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1. Definition of Functional Dependency

**Functional Dependencies**

So far we have dealt with the informal measures of database design. We
now introduce a formal tool for analysis of relational schemas that enables us
to detect and describe some of the above-mentioned problems in precise terms.
The single most important concept in relational schema design theory is that of
a functional dependency. In this section we formally define the concept, and in
Section 15.3 we see how it can be used to define normal forms for relation
schemas.

**Definition of
Functional Dependency**

A functional
dependency is a constraint between two sets of attributes from the database.
Suppose that our relational database schema has *n* attributes *A*_{1},
*A*_{2}, ..., *A _{n}*; let us think of the whole
database as being described by a single

**Definition. **A** functional dependency**, denoted by** ***X*** **→** ***Y*, between
two sets of** **attributes *X* and *Y* that are subsets of *R*
specifies a *constraint* on the
possible tuples that can form a relation state *r* of *R*. The constraint is
that, for any two tuples *t*_{1}
and *t*_{2} in *r* that have *t*_{1}[*X*] = *t*_{2}[*X*], they must also have *t*_{1}[*Y*] = *t*_{2}[*Y*].

This
means that the values of the *Y*
component of a tuple in *r* depend on,
or are *determined by, *the values of
the* X *component; alternatively, the
values of the* X *com-ponent of a tuple
uniquely (or **functionally**) *determine* the values of the *Y* compo-nent. We also say that there is
a functional dependency from *X* to *Y*, or that *Y* is **functionally dependent **on** ***X*.
The abbreviation for functional dependency is** FD **or** f.d. **The set of
attributes** ***X*** **is called the** left-hand side **of the FD, and** ***Y*** **is called the** right-hand side**.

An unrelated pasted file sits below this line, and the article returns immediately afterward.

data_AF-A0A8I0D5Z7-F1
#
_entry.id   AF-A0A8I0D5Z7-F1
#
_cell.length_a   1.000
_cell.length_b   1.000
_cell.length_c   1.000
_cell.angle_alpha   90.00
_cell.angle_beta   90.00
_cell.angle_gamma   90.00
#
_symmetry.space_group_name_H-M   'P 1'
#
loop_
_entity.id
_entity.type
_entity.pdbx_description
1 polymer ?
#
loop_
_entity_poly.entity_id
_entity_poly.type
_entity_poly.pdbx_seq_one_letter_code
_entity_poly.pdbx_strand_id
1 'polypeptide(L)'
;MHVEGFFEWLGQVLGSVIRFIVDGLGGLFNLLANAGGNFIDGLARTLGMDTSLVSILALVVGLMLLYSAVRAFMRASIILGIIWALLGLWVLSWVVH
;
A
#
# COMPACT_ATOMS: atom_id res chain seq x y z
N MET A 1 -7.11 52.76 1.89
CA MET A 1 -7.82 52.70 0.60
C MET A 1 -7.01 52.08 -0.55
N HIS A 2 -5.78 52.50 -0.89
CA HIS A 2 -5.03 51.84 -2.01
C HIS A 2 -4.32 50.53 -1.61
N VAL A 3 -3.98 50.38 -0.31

Thus, *X* functionally determines *Y* in a relation schema *R* if, and only if, whenever two tuples
of *r*(*R*) agree on their *X*-value,
they must necessarily agree on their *Y*-value.
Note the following:

If a constraint on *R* states that there cannot be more than one tuple with a given *X*-value in any relation instance *r*(*R*)—that
is, *X* is a **candidate key** of *R—*this
implies that* X *→* Y *for any
subset of attributes* Y *of* R *(because the* *key constraint implies that no two tuples in any legal state *r*(*R*)
will have the same value of *X*). If *X* is a candidate key of *R*, then *X* → *R.*

If *X* → *Y* in *R*, this does not say
whether or not *Y* → *X* in *R*.

A
functional dependency is a property of the **semantics**
or **meaning of the attributes**. The
database designers will use their understanding of the semantics of the** **attributes of *R—*that is, how they relate to one another—to specify the functional
dependencies that should hold on *all*
relation states (extensions) *r* of *R*. Whenever the semantics of two sets of
attributes in *R* indicate that a
functional dependency should hold, we specify the dependency as a constraint.
Relation extensions *r*(*R*) that satisfy the functional
dependency constraints are called **legal
relation states** (or **legal extensions**)
of** ***R*. Hence, the main use of functional dependencies is to** **describe further a relation schema *R* by specifying constraints on its
attributes that must hold *at all times.*
Certain FDs can be specified without referring to a specific relation, but as a
property of those attributes given their commonly understood meaning. For
example, {State, Driver_license_number} → Ssn should hold for any adult in the United States and hence should hold
whenever these attributes appear in a relation. It is also possible that
certain functional dependencies may cease to exist in the real world if the